Better futures for young lives with epilepsy and associated conditions

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Scans

Some children will have brain scans which may help identify a cause of epilepsy.

Computerised tomography (CT scan)

This produces very detailed cross-sectioned images of the brain onto a computer. 

CT scans show both bone as well as soft issues including the various areas of the brain. The scan may reveal any obvious structural abnormality or damage.

Magnetic resonance imaging (MRI scan)

Using magnetic fields, rather than X-rays, this scan forms an image of the structure of the brain and is more detailed than a CT scan.

It is the most common scan type for children as it is sharper, and can reveal far smaller structural abnormalities. The disadvantage is that it takes longer and is noisy.

Some children may need sedation or anaesthesia prior to an MRI scan as they will have to lie still for some time. They may also be unsettled by the noise or claustrophobic feeling of being in the scanner.

Functional Magnetic Resonance Imaging (fMRI scan)

An MRI scan with functional imaging (fMRI) is able to look at both the brain structures and areas of abnormality, as well as the blood flow in a specific area of the brain.

Actions such as thought, speech, movement and sensation cause an increase in the blood flow to the area in the brain that is activated. This makes the fMRI extremely useful for mapping the brain for its various functions and for locating where seizures start.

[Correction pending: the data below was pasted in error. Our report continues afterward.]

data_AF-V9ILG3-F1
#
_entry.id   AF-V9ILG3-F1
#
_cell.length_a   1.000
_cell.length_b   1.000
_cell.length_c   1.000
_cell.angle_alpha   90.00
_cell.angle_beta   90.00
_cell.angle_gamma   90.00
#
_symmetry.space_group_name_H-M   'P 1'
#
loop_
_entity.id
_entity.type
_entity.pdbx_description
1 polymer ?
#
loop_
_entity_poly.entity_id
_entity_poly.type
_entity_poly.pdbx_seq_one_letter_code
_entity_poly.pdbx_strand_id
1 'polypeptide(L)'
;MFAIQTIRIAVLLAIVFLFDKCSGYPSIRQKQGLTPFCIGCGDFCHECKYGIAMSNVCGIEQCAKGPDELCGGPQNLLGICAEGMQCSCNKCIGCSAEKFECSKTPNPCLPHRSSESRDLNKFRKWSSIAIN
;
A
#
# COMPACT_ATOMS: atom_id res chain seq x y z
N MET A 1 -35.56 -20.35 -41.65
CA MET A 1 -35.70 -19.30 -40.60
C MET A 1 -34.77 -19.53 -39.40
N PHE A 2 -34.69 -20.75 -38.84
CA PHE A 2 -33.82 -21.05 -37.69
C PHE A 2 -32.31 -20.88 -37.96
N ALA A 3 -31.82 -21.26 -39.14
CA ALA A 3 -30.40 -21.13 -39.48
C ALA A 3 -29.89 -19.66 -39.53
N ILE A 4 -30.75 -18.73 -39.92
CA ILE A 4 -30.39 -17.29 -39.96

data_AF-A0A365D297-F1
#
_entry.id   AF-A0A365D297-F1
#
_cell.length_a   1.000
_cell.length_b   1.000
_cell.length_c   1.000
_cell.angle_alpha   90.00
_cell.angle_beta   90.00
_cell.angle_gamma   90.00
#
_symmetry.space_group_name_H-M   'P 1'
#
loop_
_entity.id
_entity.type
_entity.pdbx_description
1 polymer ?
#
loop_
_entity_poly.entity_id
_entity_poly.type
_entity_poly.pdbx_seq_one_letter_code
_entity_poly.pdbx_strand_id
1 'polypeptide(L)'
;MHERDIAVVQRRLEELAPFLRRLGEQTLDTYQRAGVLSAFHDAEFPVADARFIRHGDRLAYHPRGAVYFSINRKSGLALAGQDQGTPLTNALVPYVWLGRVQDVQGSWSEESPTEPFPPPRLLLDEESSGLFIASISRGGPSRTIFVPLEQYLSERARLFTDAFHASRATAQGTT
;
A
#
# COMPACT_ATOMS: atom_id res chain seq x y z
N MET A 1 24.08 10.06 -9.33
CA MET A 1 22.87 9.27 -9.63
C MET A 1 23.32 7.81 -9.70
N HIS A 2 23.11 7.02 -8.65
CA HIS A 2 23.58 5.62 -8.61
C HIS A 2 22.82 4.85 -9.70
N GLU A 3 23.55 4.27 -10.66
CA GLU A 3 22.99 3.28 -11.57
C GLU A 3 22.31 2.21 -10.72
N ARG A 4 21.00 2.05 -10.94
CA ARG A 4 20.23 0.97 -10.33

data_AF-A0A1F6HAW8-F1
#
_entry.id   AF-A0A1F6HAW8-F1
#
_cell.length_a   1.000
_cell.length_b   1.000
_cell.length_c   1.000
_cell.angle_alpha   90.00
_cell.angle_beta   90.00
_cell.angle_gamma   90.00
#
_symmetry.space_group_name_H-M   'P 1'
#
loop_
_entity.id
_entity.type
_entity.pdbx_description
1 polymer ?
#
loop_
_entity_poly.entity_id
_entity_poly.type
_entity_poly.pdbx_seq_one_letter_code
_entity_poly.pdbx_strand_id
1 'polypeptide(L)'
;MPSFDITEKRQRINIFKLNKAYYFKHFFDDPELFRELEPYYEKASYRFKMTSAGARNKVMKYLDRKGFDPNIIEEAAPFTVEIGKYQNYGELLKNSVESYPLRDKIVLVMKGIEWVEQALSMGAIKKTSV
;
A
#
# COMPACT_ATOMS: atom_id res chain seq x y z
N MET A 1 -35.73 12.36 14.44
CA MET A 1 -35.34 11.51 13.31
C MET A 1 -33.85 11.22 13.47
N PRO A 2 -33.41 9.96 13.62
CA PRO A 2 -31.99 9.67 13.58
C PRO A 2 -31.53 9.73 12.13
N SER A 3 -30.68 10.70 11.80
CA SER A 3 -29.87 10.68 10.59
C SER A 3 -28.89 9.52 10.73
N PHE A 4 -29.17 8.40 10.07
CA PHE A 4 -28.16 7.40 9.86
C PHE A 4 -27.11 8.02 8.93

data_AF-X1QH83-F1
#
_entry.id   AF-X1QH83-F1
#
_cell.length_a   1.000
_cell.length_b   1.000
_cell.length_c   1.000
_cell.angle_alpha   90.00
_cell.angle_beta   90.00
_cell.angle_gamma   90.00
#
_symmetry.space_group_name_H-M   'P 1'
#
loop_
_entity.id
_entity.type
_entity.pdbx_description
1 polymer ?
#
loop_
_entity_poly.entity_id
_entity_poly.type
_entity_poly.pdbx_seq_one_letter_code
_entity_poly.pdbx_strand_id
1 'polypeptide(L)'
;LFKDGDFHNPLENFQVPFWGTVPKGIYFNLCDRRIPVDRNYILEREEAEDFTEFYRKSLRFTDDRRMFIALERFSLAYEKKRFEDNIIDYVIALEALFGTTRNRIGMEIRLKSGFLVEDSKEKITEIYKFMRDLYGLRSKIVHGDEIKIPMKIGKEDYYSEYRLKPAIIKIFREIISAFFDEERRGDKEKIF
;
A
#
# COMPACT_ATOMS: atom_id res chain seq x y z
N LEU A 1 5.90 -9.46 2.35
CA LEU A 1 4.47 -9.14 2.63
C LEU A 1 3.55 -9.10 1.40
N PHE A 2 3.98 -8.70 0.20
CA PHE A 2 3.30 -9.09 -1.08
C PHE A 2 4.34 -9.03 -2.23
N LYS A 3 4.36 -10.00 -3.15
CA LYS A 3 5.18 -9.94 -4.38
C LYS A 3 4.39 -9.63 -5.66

Single Photon Emission Computed Tomography (SPECT scan)

During the test a computer collates the images of the brain and shows them in cross sections. These can be added together to form a 3D image.

Because a SPECT scan can show areas of reduced blood flow, it is more likely to pick up brain injury because there is likely to be reduced blood flow to the affected area.

During this test the child is given injection into the blood stream. When scanning is then performed, the blood flow through the arteries and veins in the brain can be traced. If this is done during a seizure, it will show where in the brain the seizures started.

Positive Emission Tomography (PET scan)

PET scans are more precise than SPECT scans. They are able to show how tissues in the brain are functioning and show areas which may be structurally abnormal, that do not show up on an MRI scan. These scans are not widely available.

Help and support for parents

If your child has recently been referred to an epilepsy specialist or is newly diagnosed with epilepsy, we have lots of resources and information to help you and your family.

Help and support for parents

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Star Fact!

The numbers of young people who are 25 years and under with epilepsy is around 112,000.

Cyber EssentialsFundraising RegulatorYoung Epilepsy is the operating name of The National Centre for Young People with Epilepsy (NCYPE).
Registered Charity number 311877 (England and Wales)

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